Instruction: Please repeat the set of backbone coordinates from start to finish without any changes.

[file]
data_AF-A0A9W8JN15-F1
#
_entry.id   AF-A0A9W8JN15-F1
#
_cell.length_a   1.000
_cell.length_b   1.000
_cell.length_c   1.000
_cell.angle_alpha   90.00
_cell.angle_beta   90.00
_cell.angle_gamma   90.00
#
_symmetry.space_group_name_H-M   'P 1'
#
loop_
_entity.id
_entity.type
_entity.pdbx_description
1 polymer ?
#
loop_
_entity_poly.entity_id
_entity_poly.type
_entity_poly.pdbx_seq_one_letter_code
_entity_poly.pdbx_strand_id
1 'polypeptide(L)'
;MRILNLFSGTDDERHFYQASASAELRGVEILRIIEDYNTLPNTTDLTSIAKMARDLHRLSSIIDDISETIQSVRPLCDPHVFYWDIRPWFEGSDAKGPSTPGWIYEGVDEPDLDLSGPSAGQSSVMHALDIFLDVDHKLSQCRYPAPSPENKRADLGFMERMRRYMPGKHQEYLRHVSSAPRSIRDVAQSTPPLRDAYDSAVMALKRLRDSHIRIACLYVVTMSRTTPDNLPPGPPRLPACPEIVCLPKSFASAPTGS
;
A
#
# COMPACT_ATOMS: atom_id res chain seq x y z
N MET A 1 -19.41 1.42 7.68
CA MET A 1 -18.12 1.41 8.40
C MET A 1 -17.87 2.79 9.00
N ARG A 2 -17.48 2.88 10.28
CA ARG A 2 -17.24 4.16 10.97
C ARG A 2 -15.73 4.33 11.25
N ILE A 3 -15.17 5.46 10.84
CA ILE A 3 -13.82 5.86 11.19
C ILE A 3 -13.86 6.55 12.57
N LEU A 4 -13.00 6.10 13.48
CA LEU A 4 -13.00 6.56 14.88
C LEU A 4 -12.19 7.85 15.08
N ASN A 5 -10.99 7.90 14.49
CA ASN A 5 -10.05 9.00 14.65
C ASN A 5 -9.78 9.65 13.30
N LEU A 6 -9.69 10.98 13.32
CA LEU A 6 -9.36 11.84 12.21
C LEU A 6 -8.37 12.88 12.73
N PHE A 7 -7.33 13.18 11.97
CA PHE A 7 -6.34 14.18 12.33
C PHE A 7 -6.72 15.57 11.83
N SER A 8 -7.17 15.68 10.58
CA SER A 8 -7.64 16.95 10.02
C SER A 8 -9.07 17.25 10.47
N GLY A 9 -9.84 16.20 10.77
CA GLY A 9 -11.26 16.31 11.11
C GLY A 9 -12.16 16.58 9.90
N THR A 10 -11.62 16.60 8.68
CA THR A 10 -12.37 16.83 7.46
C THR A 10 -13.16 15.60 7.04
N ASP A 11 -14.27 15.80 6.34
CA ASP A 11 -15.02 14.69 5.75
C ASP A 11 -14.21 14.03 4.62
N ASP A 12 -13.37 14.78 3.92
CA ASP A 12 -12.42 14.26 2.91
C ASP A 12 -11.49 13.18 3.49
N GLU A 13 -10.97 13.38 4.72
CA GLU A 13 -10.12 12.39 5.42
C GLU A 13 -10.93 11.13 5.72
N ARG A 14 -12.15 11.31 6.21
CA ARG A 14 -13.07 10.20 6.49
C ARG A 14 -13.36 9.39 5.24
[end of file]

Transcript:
data_AF-A0A9W8JN15-F1
#
_entry.id   AF-A0A9W8JN15-F1
#
_cell.length_a   1.000
_cell.length_b   1.000
_cell.length_c   1.000
_cell.angle_alpha   90.00
_cell.angle_beta   90.00
_cell.angle_gamma   90.00
#
_symmetry.space_group_name_H-M   'P 1'
#
loop_
_entity.id
_entity.type
_entity.pdbx_description
1 polymer ?
#
loop_
_entity_poly.entity_id
_entity_poly.type
_entity_poly.pdbx_seq_one_letter_code
_entity_poly.pdbx_strand_id
1 'polypeptide(L)'
;MRILNLFSGTDDERHFYQASASAELRGVEILRIIEDYNTLPNTTDLTSIAKMARDLHRLSSIIDDISETIQSVRPLCDPHVFYWDIRPWFEGSDAKGPSTPGWIYEGVDEPDLDLSGPSAGQSSVMHALDIFLDVDHKLSQCRYPAPSPENKRADLGFMERMRRYMPGKHQEYLRHVSSAPRSIRDVAQSTPPLRDAYDSAVMALKRLRDSHIRIACLYVVTMSRTTPDNLPPGPPRLPACPEIVCLPKSFASAPTGS
;
A
#
# COMPACT_ATOMS: atom_id res chain seq x y z
N MET A 1 -19.41 1.42 7.68
CA MET A 1 -18.12 1.41 8.40
C MET A 1 -17.87 2.79 9.00
N ARG A 2 -17.48 2.88 10.28
CA ARG A 2 -17.24 4.16 10.97
C ARG A 2 -15.73 4.33 11.25
N ILE A 3 -15.17 5.46 10.84
CA ILE A 3 -13.82 5.86 11.19
C ILE A 3 -13.86 6.55 12.57
N LEU A 4 -13.00 6.10 13.48
CA LEU A 4 -13.00 6.56 14.88
C LEU A 4 -12.19 7.85 15.08
N ASN A 5 -10.99 7.90 14.49
CA ASN A 5 -10.05 9.00 14.65
C ASN A 5 -9.78 9.65 13.30
N LEU A 6 -9.69 10.98 13.32
CA LEU A 6 -9.36 11.84 12.21
C LEU A 6 -8.37 12.88 12.73
N PHE A 7 -7.33 13.18 11.97
CA PHE A 7 -6.34 14.18 12.33
C PHE A 7 -6.72 15.57 11.83
N SER A 8 -7.17 15.68 10.58
CA SER A 8 -7.64 16.95 10.02
C SER A 8 -9.07 17.25 10.47
N GLY A 9 -9.84 16.20 10.77
CA GLY A 9 -11.26 16.31 11.11
C GLY A 9 -12.16 16.58 9.90
N THR A 10 -11.62 16.60 8.68
CA THR A 10 -12.37 16.83 7.46
C THR A 10 -13.16 15.60 7.04
N ASP A 11 -14.27 15.80 6.34
CA ASP A 11 -15.02 14.69 5.75
C ASP A 11 -14.21 14.03 4.62
N ASP A 12 -13.37 14.78 3.92
CA ASP A 12 -12.42 14.26 2.91
C ASP A 12 -11.49 13.18 3.49
N GLU A 13 -10.97 13.38 4.72
CA GLU A 13 -10.12 12.39 5.42
C GLU A 13 -10.93 11.13 5.72
N ARG A 14 -12.15 11.31 6.21
CA ARG A 14 -13.07 10.20 6.49
C ARG A 14 -13.36 9.39 5.24